Professionalism in the workplace is not limited to corporate jobs or specific professions (business, healthcare, law, etc.). In answer to the question, “Are all positions considered capable of exhibiting professionalism?” the majority of respondents indicated that they think of professionalism “as being related to the person rather than the position. Anyone in any position has the potential to exhibit professional traits and behavior.”

As you seek to project a professional image, keep in mind the following traits which were mentioned most often as characteristics of the professional employee:

  • Personal interaction skills (includes courtesy and respect).
  • Ability to communicate (includes listening skills).
  • Work ethic (includes being motivated and working on a task until complete).
  • Personal appearance.
  • Self-confidence and self-awareness.


Up Your Act in the Workplace, Part 2: Listening Skills by Christy R

Up Your Act in the Workplace, Part 2: LISTENING SKILLS


Developing good listening habits now is crucial to your career plans. The ability to listen well will benefit you no matter what type of job you intend to have. It will improve communication between you and the people you work with, making your working relationship more efficient and effective.

Poor listening skills can affect your performance on the job and create major mix-ups that you could have avoided just by taking the time to listen carefully. Take a moment now to evaluate yourself. Are you a good listener? Are there ways in which you can improve your listening skills? The following characteristics might indicate that you have some work to do:

  • You often interrupt or finish another speaker’s sentence.
  • You can remember what you said in a recent conversation, but you can repeat or paraphrase hardly any of what the other person said.
  • You find yourself “zoning out” when another person is talking.
  • You find yourself concentrating more on the speaker’s quirky accent than on what they are saying.
  • You fidget or shuffle things around while someone is speaking, indicating that you don’t have time to listen right now.

If any or all of these apply to you, it might be a good idea to focus on developing your listening skills with a few of these tips:

1. Don’t interrupt.
One suggested way of breaking this habit is to apologize immediately and ask the speaker to continue what they were saying. After a couple of apologies, you’ll find yourself thinking twice before you jump in again.

2. Keep your mouth closed.
Even if the speaker pauses to think before they finish their sentence, resist the urge to fill in the silence. If you are constantly waiting for the chance to jump in, you aren’t really focusing on what the other person is saying, and therefore you’ll miss crucial information being discussed.

3. Maintain eye contact.
Be alert and lean forward while looking the speaker in the eyes. By doing this, you’re not only conveying interest which helps the speaker communicate better, but you’re also positioning yourself to avoid distractions (such as that bird flying around right outside the window, or incoming emails/text messages).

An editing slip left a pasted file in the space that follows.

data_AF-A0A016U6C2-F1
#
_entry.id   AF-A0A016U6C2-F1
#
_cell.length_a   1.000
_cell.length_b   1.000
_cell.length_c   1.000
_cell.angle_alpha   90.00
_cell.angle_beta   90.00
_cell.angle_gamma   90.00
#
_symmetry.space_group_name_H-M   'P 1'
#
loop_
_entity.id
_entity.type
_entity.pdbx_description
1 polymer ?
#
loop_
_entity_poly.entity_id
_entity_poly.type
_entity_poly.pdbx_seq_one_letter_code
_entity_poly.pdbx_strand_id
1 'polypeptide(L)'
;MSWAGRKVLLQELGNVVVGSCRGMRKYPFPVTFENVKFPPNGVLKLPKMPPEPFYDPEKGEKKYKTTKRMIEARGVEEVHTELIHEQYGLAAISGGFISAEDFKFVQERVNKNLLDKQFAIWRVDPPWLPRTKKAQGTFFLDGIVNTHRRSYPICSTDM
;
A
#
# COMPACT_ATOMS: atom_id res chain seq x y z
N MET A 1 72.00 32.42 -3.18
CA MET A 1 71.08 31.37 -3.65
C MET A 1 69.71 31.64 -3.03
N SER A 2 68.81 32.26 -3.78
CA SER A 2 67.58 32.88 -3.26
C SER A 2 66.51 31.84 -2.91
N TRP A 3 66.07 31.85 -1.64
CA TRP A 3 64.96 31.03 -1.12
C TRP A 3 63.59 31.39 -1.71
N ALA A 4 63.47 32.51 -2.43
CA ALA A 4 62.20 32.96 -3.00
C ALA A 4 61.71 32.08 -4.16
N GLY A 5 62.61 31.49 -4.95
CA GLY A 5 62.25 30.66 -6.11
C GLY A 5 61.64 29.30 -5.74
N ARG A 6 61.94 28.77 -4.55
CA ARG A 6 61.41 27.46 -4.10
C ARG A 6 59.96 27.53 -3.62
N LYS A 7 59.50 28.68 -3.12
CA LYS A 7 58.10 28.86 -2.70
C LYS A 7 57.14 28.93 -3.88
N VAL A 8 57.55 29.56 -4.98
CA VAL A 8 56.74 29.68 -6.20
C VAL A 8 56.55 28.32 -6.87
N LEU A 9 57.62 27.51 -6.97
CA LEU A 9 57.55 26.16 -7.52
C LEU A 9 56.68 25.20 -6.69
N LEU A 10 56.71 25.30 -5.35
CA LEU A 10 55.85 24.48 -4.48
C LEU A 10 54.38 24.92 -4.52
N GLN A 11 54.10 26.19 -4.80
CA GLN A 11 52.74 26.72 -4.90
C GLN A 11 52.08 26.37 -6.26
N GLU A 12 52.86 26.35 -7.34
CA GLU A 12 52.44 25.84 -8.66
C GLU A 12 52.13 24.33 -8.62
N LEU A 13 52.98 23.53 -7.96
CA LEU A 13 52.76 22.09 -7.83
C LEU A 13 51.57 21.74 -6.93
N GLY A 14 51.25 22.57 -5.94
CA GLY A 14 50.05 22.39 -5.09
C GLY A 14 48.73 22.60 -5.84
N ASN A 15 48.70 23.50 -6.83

4. Repeat ideas and ask clarifying questions.
While someone is talking, concentrate on being able to paraphrase the idea and repeat it aloud. This helps you process the information and store it in your memory, and it ensures that you and the speaker understand each other.

Whether you currently hold a job or are still in school, start developing good listening habits now. A conscious effort to improve these skills will prove invaluable in the long run.

For more information on developing good listening skills, visit SalesVantage.com, CareerJournal.com, or CareerPlanning.about.com.

(Illustration credit to Kristy Pargeter).



Up Your Act in the Workplace: Time Management Skills by Christy R

Up Your Act In the Workplace:
TIME MANAGEMENT SKILLS

Time management skills are often a major contributor to the success of new employees in any office setting. While professors may be lenient in their grading of a student’s paper that just-so-happened to be turned in three days late, employers are exponentially less patient with deadlines—especially in the workplace.

There are multiple reasons for why effective time management skills are crucial for any worker out in the field. First of all, time is a resource that cannot be stored, or reused. Once it is gone, it cannot be retrieved, so if up against a tight deadline due to procrastination, the chances of producing poor quality work are extremely high—eventually diminishing your reputation within the company.

A second reason why time management skills are important in the work place is because many employers evaluate employees on their efficiency. If a worker is unable to produce high-quality results in an efficient time period, their work will appear less valuable to a company, which might eventually lead to job termination. By utilizing time effectively, employees will come across as being determined, resourceful, and greatly beneficial to any company.